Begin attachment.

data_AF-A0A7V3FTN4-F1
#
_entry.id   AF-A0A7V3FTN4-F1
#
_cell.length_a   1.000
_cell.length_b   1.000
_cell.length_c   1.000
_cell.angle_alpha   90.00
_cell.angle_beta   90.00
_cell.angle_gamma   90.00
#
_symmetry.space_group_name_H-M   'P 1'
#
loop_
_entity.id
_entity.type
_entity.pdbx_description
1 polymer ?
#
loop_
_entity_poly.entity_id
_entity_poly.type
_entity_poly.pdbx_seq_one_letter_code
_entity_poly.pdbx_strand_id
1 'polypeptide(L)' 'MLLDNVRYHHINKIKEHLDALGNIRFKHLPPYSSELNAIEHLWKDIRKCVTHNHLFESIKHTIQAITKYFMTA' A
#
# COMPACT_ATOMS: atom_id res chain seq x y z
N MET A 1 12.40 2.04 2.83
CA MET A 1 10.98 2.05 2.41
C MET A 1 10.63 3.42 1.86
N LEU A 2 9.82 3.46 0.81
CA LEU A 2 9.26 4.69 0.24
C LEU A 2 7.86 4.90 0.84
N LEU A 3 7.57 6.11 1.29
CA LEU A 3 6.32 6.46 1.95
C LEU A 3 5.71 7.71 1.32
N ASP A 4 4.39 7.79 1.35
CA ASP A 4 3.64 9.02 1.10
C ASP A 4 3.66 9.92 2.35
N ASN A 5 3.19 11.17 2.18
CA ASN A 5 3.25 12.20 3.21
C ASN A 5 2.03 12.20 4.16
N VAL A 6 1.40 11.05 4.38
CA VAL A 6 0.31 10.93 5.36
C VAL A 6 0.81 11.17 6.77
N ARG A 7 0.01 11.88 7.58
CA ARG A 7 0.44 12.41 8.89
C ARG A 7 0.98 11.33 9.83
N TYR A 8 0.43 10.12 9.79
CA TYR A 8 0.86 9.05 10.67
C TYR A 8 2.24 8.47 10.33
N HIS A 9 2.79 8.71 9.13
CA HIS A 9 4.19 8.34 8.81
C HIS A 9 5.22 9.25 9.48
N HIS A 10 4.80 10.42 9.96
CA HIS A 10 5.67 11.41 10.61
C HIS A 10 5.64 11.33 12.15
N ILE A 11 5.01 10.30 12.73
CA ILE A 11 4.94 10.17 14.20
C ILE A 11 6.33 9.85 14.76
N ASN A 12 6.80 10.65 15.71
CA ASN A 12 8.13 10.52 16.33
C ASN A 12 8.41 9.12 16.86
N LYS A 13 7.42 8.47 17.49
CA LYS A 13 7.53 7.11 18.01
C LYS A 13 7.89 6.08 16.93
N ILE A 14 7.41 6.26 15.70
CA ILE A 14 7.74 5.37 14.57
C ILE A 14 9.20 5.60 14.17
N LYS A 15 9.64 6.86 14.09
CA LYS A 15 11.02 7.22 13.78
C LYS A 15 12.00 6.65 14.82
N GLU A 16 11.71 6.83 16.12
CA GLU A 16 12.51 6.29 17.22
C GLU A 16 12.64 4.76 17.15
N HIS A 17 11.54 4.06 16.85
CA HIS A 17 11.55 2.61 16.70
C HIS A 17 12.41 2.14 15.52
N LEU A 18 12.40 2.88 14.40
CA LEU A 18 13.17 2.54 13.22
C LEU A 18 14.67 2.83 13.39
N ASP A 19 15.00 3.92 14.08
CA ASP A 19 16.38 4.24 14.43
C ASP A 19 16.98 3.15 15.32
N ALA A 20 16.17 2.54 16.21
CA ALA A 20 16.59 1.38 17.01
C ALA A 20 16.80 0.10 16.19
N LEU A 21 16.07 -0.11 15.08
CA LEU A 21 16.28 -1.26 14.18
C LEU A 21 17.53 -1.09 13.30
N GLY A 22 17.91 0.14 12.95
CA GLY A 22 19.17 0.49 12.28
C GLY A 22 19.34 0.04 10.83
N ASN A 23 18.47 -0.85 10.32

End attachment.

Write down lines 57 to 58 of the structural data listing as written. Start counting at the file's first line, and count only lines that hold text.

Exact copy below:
C HIS A 10 5.64 11.33 12.15
N ILE A 11 5.01 10.30 12.73